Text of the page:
The righteousness manifested by human beings should reflect a deep recognition of a righteous God and our need to honor Him as our Creator. As human beings are imperfect, our acts of righteousness will fall short of God’s ways. A lifelong task is to narrow, if not eliminate, the gap between how we act and how we ought to be, in light of God’s righteousness. Our personal faith and belief in a righteous God should be made manifest in a righteous way of life at home, at school or any other workplace, and the wider community.
B. Illustrations in an academic community
With the current demands on higher education brought about by rapid changes around us (such as advancements in technology, transportation, commerce and finance, communications), walking the path of righteousness can be daunting for administrators, teachers, staff and students alike.
With the sea-change in higher education, there will literally be tsunamis of various intensities. From what I have observed in various Christian universities and colleges in Asia, to sail in the winds of change (to borrow the title of Paul Lauby’s book) an academic institution—or the ship at sea, as it were—has to: (a) achieve clarity as to its purpose; (b) meet quality standards in all aspects of its operation; and (c) vigorously engage in faculty and staff development to recalibrate mind sets and ways of doing things to be responsive to the educational changes in the country, the region of Asia and the rest of the world.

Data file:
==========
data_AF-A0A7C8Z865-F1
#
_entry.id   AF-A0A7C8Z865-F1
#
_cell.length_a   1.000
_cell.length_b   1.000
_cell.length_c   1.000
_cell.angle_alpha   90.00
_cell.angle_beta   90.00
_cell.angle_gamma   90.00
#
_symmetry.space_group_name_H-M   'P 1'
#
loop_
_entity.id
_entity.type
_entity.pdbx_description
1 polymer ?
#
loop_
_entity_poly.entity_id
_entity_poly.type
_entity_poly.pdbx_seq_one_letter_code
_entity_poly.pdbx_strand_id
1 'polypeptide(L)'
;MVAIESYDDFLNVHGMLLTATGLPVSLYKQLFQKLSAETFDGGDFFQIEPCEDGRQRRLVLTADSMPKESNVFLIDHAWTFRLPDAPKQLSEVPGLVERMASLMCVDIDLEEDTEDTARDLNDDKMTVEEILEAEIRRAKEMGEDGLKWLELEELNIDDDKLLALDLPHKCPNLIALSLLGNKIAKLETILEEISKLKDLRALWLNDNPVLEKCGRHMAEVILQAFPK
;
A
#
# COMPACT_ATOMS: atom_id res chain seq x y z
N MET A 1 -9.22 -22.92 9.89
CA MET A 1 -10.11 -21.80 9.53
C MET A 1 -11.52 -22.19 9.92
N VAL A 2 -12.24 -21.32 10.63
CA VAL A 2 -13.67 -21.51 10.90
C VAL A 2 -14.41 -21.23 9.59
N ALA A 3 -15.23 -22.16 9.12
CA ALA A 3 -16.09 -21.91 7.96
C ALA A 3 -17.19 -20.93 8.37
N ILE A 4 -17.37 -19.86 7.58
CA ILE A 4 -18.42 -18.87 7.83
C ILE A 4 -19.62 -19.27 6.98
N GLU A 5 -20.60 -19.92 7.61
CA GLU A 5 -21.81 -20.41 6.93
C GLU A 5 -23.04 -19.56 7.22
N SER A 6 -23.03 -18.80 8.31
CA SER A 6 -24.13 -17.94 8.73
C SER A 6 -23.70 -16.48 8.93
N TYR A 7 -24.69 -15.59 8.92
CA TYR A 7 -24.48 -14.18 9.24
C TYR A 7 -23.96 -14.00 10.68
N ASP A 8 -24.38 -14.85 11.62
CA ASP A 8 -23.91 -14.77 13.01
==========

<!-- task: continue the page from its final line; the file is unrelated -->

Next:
These three areas offer grounds for clearing a path for righteousness in an academic community:
a. Clarity of purpose – In reasserting its role in the 21st century, some institutions in Asia have vigorously pursued their Christian identity through programs that actively clear a path for righteousness.
Let us take some examples in Asia:
In Jakarta, Indonesia, a university has strengthened its commitment to providing excellent holistic education and learning, supported by world-class facilities, technology, and infrastructure. With zeal and fervor, the university runs a spiritual formation program for its students, offering among other things a student fellowship every Friday and prayer fellowship every Tuesday—both conducted in its state-of-the-art Grand Chapel that can house over 2000 students. Students are compelled to attend as part of the requirements of their learning portfolios.
A university in South Korea has revitalized Bahrom, a residential liberal arts education program that focus on the themes: Enlighten Myself, Enlighten the Society, and Enlighten the Future. It has vigorously launched a motto- “learn to share, share to learn,” anchored in an educational philosophy that advocates first becoming a righteous person, and then using knowledge and technology for the happiness of others.
In Chennai, India, there is an institution adjudged as the best liberal arts college in the state of Tamil Nadu. As a manifestation of its Christian identity in a predominantly Hindu culture, it has established Service-Learning in various programs—such as in Chemistry, Biology, Women’s Studies, Philosophy, Education, History, Management, Social Work and others—focusing on the theme of environment and health, in order to serve the least of its brothers and sisters in a socially, economically and culturally diverse Indian society.